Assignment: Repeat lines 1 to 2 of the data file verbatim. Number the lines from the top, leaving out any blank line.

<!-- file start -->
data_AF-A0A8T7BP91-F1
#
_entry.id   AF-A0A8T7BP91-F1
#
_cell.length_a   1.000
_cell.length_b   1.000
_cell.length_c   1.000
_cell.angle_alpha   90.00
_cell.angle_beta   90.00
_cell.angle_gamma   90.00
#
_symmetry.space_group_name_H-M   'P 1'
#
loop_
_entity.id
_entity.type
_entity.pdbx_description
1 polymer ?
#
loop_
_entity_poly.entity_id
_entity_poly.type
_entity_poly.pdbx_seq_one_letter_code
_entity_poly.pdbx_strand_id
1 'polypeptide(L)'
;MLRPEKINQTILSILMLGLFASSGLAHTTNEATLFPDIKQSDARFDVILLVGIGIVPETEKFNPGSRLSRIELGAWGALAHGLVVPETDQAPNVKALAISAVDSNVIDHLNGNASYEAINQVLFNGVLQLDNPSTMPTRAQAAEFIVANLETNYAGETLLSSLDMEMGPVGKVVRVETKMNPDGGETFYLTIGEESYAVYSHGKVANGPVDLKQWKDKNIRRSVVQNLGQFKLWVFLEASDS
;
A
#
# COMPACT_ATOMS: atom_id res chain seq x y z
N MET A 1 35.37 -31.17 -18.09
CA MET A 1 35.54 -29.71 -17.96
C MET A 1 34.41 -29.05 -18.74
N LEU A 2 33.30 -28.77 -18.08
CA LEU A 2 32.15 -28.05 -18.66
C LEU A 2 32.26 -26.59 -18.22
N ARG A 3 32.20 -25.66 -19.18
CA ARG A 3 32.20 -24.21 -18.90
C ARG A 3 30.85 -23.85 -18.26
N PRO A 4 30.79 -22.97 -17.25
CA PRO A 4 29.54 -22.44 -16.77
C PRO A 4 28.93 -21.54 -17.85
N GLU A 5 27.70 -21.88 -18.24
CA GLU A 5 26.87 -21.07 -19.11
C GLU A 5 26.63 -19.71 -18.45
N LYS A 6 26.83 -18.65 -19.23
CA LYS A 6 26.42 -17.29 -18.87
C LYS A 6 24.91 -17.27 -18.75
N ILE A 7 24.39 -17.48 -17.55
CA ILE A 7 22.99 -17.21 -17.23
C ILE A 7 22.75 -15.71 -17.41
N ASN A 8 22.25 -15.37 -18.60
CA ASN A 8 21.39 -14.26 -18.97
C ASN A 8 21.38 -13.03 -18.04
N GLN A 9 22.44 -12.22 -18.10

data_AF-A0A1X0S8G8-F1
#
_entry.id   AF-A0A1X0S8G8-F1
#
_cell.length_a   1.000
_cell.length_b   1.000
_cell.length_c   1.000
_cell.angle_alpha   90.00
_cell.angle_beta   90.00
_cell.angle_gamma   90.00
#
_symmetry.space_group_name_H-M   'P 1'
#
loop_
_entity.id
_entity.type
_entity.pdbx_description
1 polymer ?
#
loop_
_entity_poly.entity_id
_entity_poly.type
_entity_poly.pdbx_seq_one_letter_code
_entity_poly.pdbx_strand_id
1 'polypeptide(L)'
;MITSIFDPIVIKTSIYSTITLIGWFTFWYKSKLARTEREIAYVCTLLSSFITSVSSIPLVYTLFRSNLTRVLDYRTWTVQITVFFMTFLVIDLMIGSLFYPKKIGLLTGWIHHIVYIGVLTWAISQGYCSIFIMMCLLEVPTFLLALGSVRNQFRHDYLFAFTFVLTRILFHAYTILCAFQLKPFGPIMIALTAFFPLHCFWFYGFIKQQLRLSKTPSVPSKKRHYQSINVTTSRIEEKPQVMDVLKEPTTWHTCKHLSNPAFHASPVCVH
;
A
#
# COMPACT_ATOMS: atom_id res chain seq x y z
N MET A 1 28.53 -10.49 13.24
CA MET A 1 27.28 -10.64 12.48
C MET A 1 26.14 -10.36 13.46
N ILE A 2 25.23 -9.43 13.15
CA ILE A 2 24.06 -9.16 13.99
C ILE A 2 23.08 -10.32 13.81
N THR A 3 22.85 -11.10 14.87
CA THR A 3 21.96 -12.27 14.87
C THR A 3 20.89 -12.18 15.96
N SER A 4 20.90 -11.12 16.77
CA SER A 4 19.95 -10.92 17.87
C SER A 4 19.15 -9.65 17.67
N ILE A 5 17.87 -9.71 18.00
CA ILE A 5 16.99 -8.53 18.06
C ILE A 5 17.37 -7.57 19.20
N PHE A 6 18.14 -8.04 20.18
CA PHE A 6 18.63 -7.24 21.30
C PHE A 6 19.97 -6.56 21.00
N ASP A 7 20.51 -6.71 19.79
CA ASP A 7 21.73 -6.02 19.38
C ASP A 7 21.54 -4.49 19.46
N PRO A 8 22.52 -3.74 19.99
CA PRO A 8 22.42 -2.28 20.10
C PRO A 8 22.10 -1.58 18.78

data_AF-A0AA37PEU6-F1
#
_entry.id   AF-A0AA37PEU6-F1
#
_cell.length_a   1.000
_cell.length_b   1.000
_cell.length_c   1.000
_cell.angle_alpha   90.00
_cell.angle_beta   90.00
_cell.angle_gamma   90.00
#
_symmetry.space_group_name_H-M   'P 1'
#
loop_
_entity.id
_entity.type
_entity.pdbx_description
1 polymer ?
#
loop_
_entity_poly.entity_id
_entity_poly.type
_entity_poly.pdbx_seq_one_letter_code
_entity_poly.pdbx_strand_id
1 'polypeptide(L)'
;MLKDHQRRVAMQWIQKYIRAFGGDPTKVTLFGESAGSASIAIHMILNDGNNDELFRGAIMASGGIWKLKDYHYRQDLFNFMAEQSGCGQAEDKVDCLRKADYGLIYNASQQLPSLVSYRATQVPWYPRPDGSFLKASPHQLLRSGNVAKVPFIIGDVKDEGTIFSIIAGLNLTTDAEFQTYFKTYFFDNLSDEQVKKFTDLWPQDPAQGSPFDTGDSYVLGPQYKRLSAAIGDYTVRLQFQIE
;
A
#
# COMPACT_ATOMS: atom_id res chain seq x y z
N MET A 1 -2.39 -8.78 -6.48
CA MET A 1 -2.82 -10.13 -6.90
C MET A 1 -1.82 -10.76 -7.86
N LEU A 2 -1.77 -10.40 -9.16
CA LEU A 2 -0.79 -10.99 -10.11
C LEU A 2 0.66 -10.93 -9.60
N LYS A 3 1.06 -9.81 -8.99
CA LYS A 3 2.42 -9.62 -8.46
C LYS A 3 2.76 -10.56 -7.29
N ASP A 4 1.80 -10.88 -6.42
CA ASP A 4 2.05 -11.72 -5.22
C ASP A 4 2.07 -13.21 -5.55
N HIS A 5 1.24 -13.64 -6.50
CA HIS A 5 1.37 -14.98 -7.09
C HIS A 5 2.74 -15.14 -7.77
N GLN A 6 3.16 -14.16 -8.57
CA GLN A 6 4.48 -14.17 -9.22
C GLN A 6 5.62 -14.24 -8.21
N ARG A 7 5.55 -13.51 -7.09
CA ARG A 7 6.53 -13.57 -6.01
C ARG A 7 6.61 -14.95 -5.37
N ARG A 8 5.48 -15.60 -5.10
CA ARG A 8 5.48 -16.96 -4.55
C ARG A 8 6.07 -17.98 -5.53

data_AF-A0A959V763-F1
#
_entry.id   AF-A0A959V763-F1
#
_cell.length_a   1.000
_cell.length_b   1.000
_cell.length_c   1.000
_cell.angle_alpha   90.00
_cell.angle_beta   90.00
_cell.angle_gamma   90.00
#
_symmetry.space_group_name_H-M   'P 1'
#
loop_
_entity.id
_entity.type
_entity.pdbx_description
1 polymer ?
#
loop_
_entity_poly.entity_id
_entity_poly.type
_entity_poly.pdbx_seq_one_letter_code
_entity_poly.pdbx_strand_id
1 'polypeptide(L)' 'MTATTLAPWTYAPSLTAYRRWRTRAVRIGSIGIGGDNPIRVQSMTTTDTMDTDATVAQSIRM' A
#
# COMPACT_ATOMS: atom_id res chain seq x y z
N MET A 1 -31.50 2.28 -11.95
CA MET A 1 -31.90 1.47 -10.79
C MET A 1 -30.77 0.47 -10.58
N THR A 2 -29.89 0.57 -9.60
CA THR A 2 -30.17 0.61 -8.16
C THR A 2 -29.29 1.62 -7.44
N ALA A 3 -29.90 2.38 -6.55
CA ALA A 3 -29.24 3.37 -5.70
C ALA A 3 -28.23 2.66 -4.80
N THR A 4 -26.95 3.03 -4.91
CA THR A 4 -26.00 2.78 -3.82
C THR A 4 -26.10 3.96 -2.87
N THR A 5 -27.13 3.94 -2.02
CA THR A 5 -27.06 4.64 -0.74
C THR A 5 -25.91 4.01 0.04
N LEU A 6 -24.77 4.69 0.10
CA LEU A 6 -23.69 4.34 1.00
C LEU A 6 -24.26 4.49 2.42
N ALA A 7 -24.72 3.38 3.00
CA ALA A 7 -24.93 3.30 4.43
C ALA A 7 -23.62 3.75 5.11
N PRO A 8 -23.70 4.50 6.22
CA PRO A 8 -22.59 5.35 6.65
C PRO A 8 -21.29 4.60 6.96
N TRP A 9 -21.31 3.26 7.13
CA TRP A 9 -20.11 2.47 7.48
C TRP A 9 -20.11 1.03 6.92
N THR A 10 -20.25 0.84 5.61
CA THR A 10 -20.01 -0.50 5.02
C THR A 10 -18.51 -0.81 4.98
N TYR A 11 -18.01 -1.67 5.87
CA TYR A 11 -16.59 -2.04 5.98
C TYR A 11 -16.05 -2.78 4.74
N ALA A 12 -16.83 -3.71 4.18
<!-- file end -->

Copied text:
data_AF-A0A8T7BP91-F1
#